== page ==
II. That not always the sin or merit of the person afflicted, but the will of God that afflicts, is sometimes the sole, but always the sufficient reason of the affliction, 17.

In support of which, God's own testimony, Job xlii. 7, is produced; a distinction is made between punishments and afflictions, 18. and God's proceeding herein cleared from injustice upon these reasons: 1. His absolute, unaccountable dominion and sovereignty over the creature, 18. 2. "The essential equity of his nature, 20. 3. His unerring, all-disposing wisdom, 23.

III. God never inflicts evil upon men but for the great end of advancing his own glory, and that usually in the way of their good.

This is sufficiently clear in the present instance, 24. and expressed in those words of the text, that the works of God might be made manifest in him. The works that God intends thus to glorify, usually are, 1. The miraculous works of his power, 25. 2. The works of his grace, 27.

. The use and improvement of the doctrine thus discussed is a confutation and reproof of the bold, uncharitable interpreters of God's providences; whose peremptory way of judging is peculiarly odious to him for the cursed cause of it, curiosity ; which may be properly accounted the incontinence of the mind, and is but one remove from the rebellion of it, 30.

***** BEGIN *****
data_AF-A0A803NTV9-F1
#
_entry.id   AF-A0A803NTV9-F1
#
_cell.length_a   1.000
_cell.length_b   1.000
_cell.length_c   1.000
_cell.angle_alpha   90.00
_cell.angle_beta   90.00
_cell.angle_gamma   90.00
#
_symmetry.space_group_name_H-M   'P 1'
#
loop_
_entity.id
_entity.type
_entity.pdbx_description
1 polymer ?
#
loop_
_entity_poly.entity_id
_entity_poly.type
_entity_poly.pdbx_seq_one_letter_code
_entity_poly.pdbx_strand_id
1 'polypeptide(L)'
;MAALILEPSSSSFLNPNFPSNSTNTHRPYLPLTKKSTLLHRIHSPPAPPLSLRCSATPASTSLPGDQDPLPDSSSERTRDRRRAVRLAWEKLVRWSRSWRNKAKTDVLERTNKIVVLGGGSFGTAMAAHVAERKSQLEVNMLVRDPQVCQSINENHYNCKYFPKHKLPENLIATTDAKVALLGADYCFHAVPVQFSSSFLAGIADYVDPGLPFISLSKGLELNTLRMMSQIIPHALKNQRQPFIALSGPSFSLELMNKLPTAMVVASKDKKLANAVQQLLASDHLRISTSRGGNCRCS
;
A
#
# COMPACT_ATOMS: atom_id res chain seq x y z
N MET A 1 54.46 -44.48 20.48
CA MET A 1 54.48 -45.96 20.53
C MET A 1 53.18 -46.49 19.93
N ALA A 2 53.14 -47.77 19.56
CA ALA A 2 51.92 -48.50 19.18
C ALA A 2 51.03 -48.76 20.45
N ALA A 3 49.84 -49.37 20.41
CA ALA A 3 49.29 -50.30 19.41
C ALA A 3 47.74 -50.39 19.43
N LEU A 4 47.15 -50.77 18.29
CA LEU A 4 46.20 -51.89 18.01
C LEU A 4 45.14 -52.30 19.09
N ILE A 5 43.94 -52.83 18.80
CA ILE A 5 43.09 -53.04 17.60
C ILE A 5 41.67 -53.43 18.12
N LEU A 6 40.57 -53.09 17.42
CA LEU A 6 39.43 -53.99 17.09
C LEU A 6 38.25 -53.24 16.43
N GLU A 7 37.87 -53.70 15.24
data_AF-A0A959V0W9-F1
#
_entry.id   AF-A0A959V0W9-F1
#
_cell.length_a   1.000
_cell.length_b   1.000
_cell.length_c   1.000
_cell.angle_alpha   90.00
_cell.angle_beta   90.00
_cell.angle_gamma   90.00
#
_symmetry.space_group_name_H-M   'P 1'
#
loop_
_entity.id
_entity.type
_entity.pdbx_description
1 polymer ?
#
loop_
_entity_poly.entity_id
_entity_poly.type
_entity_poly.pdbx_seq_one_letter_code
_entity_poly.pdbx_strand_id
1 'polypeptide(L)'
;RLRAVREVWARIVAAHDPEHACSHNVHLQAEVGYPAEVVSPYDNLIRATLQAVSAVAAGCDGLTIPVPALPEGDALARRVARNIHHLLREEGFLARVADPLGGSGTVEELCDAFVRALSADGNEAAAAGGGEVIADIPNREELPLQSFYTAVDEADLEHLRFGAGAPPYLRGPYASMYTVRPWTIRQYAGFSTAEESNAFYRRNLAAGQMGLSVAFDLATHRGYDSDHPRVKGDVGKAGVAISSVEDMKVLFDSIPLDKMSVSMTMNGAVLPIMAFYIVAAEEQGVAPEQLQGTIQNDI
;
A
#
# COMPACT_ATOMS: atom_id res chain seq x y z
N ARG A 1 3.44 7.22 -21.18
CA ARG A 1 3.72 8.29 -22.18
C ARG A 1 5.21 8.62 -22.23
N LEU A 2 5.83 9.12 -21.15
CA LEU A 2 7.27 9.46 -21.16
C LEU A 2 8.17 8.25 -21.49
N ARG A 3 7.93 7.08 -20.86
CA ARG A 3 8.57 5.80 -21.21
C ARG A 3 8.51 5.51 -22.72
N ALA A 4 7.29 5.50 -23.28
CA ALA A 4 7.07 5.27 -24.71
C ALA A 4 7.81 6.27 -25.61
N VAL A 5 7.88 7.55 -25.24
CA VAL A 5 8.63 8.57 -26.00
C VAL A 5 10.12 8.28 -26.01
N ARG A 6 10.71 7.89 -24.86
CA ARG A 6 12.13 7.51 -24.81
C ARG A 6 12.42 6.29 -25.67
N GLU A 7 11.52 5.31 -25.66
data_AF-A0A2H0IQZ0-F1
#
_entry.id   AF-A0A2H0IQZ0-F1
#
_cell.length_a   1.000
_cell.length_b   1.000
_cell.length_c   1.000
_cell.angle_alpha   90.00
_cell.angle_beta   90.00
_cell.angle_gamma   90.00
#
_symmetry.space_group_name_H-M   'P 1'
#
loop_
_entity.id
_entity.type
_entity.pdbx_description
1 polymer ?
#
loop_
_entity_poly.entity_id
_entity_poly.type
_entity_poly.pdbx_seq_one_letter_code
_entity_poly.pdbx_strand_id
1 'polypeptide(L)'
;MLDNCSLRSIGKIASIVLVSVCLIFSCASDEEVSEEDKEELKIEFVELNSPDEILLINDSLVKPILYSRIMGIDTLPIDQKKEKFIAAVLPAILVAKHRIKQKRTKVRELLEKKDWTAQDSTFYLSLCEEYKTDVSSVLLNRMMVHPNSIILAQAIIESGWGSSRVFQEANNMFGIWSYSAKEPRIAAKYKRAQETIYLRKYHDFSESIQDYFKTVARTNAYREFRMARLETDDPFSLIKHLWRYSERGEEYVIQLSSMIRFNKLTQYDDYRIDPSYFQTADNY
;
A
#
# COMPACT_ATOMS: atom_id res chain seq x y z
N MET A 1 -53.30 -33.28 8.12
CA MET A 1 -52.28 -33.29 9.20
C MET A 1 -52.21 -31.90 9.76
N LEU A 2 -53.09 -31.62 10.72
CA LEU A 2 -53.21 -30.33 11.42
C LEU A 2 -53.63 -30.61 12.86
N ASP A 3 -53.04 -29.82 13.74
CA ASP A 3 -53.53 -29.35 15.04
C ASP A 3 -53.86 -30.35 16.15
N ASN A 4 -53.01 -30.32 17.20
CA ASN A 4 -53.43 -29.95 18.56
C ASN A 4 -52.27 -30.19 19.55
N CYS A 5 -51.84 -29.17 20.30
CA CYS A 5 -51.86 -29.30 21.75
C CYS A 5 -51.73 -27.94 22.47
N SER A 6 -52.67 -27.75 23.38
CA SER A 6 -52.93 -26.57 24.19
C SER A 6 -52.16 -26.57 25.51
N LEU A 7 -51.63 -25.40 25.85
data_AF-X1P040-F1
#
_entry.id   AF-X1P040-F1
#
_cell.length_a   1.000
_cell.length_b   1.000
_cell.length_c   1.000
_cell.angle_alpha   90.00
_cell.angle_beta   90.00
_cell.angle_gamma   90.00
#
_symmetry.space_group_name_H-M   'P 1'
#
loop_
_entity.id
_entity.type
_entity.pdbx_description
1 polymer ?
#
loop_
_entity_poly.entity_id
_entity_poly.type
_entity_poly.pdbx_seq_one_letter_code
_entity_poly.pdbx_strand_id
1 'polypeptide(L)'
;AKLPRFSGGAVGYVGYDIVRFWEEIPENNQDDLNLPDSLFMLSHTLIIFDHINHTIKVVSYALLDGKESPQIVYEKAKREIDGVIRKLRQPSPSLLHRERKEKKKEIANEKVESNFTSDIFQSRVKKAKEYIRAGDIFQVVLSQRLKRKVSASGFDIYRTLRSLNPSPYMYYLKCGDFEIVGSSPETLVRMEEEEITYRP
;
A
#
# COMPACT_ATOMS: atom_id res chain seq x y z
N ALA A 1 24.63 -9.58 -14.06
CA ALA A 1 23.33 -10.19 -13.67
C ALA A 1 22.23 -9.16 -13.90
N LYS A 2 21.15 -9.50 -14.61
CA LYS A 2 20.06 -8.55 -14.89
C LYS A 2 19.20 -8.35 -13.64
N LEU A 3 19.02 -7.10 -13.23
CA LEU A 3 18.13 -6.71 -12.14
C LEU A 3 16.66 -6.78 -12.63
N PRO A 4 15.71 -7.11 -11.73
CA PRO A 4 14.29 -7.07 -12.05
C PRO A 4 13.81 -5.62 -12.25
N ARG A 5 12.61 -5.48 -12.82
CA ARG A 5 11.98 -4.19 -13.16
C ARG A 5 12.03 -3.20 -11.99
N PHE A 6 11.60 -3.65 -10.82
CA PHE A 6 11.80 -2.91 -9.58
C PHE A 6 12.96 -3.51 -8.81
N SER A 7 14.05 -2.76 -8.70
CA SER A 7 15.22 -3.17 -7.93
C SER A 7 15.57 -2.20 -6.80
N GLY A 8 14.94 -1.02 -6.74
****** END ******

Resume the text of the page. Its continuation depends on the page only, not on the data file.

PSALM CXxx. 4. But there is forgiveness with thee, that thou mayest be

feared. P. 33. After man had once sinned, and so was for ever disabled


to stand before God upon terms of the law, which spoke nothing but irrevocable death to him who transgressed in the least iota, had God continued this inexorable sentence, it would of necessity have wrought in man these two things:

1. Horror of despair, 33. 2. Height of malice, 34.